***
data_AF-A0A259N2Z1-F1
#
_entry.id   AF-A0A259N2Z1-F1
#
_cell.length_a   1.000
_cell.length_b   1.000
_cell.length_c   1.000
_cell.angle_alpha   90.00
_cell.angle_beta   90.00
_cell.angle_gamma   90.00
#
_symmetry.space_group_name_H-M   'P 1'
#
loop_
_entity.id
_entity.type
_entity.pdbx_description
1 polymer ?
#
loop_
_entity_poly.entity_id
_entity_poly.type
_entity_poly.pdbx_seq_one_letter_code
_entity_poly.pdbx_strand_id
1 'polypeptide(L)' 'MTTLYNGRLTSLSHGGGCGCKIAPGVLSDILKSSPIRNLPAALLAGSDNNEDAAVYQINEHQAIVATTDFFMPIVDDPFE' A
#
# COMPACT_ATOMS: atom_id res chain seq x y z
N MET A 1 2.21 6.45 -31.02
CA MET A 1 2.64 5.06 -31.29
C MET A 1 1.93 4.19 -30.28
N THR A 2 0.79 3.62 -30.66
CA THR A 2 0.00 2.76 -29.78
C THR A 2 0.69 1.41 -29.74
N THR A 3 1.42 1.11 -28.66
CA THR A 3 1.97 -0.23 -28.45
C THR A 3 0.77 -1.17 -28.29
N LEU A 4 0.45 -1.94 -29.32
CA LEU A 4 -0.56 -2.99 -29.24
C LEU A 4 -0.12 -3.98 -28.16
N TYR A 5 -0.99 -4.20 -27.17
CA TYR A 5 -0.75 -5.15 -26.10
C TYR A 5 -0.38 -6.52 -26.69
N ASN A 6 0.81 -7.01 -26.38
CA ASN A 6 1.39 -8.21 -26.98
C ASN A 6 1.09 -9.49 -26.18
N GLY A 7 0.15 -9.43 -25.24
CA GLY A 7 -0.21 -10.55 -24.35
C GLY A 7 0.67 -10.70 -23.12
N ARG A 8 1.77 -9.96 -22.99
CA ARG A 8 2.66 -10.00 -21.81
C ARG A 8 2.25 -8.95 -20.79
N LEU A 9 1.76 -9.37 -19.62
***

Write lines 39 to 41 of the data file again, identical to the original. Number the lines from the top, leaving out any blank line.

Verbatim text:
C LEU A 4 -0.12 -3.98 -28.16
N TYR A 5 -0.99 -4.20 -27.17
CA TYR A 5 -0.75 -5.15 -26.10